By Mark Hinshaw

I did not think it possible to go to Rome and not once hear English spoken. Yet, on a recent trip over several days, we heard nothing but Italian. It was nothing less than astonishing.

During past trips to that city I usually found myself dodging lumbering tour buses, being shoved off sidewalks by phalanxes of tourists, and stepping around stationary couples holding folded maps upside down or squinting at their cell phones in the sun. Once, I was stuck walking behind a gaggle of American teenagers loudly complaining that they couldn’t find a McDonalds.

We live about four hours northeast of Rome. Last week we visited Rome to experience this historic moment that is unlikely to be repeated in our lifetimes. Due to a lack of customers, many hotels were closed, as were some shops and restaurants. Many of the places that we frequent were closed by 10pm.

In contrast to other countries, the Italian government has been very diligent about enforcing protocols regarding Covid-19. Three months ago, the country was at top of the list of infections and deaths. But after a continuous, lengthy lockdown, the spread has been almost entirely brought under control. Italy’s ranking in the pandemic tragedy has dropped to tenth place, while the U.S., Brazil, and the U.K. have soared upward. Other countries like India and Peru are now bumping Italy downward with their spiking rates.

In order to see the Sistine Chapel, one now needs an appointment, as the Vatican Museum limits the number of people inside at any one time. We arrived at 10 for our appointment and were called to the door a few minutes later. After a security and temperature check, we were in. Everyone wore masks. For the next two hours, we enjoyed a leisurely stroll through the many luxuriant corridors and galleries containing art and artifacts.  When we finally entered the Sistine Chapel it was occupied by only a handful of people. And there it was, the famous work by Michelangelo, the glorious ceiling with the finger of God touching the finger of man.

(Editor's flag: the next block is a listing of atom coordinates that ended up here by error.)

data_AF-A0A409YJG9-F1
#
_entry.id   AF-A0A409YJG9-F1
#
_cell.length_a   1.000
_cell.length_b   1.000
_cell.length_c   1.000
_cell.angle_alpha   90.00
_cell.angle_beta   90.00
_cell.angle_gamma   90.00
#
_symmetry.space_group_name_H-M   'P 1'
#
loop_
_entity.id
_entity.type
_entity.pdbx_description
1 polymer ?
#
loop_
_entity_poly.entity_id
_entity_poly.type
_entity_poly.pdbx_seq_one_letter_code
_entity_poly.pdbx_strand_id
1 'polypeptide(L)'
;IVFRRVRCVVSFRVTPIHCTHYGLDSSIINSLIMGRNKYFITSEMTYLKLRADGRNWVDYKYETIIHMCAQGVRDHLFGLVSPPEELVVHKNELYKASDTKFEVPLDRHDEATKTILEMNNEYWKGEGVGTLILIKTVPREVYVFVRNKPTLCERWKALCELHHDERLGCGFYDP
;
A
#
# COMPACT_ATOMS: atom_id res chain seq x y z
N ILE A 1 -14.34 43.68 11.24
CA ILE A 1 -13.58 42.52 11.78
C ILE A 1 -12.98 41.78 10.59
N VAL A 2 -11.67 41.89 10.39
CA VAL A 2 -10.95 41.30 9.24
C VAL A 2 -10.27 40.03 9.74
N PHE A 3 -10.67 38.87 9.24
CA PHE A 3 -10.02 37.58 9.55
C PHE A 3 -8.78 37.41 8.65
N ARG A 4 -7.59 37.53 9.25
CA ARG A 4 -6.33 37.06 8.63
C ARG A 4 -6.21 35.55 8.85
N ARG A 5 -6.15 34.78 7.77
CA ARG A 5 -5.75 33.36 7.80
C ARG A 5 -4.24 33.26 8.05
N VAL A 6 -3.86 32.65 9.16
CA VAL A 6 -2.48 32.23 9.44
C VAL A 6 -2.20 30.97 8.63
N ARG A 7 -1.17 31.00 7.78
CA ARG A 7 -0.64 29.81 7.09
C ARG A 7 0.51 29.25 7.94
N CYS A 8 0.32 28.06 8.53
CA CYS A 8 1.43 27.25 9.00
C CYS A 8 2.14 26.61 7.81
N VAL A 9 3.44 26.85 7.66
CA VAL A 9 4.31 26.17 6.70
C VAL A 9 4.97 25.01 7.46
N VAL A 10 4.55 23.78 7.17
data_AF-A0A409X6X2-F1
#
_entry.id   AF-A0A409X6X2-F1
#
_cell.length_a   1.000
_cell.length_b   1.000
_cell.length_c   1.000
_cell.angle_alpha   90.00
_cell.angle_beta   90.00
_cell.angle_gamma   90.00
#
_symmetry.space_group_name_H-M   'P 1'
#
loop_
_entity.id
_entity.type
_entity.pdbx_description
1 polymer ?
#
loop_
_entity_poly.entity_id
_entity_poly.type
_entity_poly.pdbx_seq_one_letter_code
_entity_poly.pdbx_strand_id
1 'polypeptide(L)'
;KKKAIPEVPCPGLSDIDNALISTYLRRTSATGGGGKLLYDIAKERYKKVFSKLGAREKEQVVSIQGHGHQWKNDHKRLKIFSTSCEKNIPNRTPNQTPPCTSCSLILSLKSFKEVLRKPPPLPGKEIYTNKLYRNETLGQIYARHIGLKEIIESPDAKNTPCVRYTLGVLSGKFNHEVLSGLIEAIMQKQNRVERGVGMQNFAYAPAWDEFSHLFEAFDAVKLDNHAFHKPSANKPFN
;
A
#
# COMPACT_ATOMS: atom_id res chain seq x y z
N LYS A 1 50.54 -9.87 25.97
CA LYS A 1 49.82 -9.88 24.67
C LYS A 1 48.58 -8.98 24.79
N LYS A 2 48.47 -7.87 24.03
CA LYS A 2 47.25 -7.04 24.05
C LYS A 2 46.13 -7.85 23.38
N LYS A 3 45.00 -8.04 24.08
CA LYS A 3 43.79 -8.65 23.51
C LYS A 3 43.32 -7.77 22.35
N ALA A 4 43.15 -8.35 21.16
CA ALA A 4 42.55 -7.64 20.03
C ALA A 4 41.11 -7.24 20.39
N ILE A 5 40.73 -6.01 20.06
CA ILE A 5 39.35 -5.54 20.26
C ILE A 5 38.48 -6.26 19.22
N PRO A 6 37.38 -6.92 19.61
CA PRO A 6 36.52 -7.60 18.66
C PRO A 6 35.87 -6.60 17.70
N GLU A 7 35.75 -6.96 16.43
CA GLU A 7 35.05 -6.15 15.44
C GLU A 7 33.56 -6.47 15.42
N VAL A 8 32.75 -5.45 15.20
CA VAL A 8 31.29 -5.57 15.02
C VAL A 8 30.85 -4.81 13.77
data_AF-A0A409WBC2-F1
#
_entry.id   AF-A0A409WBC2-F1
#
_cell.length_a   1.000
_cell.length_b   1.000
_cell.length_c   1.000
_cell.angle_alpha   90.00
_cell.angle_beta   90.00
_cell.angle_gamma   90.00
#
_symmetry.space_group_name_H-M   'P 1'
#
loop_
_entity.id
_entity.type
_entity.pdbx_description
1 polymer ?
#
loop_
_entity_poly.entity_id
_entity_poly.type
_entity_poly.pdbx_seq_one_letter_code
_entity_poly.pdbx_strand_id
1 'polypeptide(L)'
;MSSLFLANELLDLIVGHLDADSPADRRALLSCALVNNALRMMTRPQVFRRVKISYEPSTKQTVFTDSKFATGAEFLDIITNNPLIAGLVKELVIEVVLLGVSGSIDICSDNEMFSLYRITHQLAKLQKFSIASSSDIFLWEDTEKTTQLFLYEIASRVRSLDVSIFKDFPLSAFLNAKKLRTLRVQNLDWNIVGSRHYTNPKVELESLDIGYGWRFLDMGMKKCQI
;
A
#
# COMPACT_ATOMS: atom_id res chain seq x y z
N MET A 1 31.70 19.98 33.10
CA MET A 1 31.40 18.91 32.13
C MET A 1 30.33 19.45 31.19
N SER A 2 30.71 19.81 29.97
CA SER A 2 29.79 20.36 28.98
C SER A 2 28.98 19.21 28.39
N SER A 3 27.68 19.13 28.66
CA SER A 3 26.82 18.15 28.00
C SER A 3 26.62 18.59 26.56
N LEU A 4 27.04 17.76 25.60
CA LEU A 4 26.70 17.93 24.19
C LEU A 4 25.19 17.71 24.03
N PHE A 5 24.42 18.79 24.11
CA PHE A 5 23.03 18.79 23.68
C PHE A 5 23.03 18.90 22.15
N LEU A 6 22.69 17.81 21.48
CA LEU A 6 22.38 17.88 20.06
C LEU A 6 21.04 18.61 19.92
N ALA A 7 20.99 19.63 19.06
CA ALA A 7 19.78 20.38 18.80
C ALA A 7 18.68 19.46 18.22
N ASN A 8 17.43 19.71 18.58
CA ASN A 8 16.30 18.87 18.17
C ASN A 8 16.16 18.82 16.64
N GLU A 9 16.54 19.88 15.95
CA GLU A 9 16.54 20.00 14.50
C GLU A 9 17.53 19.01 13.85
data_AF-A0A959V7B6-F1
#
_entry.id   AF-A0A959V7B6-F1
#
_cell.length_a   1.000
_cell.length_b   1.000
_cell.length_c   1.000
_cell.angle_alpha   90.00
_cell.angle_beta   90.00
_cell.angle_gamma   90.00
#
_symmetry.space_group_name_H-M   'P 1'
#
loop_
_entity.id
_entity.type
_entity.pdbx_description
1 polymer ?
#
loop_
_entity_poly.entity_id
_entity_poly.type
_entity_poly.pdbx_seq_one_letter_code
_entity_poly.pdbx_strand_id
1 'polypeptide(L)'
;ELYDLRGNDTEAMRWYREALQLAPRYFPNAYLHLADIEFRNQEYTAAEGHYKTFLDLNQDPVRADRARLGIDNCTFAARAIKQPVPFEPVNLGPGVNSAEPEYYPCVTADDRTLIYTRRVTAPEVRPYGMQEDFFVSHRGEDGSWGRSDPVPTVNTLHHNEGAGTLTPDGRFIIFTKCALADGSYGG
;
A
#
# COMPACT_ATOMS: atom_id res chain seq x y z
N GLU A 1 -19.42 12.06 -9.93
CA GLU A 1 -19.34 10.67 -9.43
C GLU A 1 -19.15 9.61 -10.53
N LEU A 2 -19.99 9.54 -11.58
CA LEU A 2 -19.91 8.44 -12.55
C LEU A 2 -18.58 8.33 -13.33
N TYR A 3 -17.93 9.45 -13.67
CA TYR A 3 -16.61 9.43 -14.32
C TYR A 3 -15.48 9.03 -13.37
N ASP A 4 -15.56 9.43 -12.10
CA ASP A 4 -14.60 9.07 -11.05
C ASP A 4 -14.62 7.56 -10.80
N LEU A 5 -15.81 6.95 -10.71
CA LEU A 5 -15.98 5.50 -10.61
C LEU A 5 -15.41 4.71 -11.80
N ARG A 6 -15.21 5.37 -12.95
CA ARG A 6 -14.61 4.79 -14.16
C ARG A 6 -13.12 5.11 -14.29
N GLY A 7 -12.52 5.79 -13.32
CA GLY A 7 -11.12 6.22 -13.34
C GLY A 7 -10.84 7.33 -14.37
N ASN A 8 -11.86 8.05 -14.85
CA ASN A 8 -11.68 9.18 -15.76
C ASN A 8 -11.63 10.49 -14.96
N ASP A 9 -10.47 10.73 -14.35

In the center of Rome, cafes and restaurants normally bristle with tour groups ordering from fixed price menus as part of their packaged experience. During our three day stay there, visitors were so few in number there were barely any itinerant street vendors. Gone were the guys who aggressively shove a cheap “friendship token” into your palm and then want money. Nowhere to be found were the beefy men dressed in faux gladiator costumes and wooden swords, tricking visitors into paying for a mock-heroic pose.

The resident population of Rome has been hovering at slightly less than 3 million for years. But each year the number of tourists has steadily increased to the point that 9 million people pour into into the city annually. Most of these visitors stream in during the summer months. And many of those occupy lodging within the historic center of 12 square kilometers (roughly 4.5 square miles). Now that tourists are not part of the mix, their absence is palpable — both day and evening. Rome – usually wildly frenetic and inundated with noisy trucks, buses, bikes, motorcycles, not to mention careening taxis — is now actually calm and restful.